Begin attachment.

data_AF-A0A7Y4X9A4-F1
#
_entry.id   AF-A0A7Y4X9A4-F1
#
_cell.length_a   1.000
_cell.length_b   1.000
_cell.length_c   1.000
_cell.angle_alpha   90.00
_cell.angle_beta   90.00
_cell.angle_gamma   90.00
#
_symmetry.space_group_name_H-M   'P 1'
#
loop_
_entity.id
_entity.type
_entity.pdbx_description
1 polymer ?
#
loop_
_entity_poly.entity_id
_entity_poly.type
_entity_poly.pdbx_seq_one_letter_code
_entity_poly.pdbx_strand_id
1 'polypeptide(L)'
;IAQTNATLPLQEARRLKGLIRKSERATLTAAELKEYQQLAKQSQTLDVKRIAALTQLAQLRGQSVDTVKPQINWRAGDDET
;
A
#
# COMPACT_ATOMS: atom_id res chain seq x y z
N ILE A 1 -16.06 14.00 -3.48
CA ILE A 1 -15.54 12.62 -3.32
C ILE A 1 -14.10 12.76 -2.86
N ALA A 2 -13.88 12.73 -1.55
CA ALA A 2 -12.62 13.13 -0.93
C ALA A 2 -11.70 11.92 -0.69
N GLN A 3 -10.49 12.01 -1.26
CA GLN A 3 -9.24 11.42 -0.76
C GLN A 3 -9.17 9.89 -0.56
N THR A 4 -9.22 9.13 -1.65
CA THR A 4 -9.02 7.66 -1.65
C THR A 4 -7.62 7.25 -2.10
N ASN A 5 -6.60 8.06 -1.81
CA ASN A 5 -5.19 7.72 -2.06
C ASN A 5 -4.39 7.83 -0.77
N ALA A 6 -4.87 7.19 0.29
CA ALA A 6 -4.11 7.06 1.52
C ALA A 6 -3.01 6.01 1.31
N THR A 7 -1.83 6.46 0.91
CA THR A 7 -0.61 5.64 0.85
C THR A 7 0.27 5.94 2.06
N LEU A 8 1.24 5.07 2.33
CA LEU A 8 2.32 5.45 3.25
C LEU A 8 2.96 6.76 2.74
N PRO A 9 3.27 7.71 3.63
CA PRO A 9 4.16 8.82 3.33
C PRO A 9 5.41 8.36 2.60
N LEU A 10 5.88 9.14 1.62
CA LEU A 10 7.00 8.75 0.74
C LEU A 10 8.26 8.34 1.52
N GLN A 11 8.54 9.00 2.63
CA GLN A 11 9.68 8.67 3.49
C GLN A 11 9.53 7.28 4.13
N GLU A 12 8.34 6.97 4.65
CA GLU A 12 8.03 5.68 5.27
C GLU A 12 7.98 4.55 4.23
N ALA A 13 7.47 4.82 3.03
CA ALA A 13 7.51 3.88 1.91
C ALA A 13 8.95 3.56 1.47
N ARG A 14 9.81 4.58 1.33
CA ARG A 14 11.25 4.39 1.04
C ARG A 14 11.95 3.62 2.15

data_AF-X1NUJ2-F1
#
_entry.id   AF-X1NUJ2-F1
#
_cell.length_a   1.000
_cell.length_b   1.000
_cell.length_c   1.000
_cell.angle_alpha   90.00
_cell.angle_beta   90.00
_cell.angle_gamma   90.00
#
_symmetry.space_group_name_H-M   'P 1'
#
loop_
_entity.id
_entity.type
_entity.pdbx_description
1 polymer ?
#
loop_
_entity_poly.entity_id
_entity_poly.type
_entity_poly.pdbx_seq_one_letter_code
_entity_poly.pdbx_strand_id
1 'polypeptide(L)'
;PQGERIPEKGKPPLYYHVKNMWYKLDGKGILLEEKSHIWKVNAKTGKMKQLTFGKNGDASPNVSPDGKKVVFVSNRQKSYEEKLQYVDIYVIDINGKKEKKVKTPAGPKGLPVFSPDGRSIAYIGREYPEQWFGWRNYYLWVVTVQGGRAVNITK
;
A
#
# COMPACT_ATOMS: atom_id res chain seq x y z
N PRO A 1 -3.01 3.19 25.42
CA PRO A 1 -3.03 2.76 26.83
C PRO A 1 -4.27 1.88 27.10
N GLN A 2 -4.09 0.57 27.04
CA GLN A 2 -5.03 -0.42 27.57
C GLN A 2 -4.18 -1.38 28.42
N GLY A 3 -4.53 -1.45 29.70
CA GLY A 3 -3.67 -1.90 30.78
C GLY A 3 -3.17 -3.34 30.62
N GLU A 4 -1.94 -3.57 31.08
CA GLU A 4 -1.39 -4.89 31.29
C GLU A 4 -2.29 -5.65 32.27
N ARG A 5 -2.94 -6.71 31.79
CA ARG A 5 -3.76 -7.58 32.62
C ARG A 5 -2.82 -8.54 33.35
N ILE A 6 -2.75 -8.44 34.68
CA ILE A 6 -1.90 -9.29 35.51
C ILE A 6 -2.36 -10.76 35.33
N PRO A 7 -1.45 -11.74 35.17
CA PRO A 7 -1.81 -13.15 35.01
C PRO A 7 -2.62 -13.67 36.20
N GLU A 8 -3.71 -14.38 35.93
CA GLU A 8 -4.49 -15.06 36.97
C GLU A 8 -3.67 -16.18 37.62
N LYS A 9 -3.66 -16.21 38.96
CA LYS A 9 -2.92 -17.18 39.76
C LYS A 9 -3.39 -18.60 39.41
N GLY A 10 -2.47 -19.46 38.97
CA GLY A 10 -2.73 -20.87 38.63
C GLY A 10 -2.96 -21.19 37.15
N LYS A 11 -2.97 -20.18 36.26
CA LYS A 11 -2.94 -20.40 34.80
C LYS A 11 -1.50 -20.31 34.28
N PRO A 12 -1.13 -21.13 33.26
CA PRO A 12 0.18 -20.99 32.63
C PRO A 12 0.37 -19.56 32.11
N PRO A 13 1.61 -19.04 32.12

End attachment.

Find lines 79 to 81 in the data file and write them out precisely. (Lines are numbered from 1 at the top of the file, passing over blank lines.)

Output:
_cell.length_c   1.000
_cell.angle_alpha   90.00
_cell.angle_beta   90.00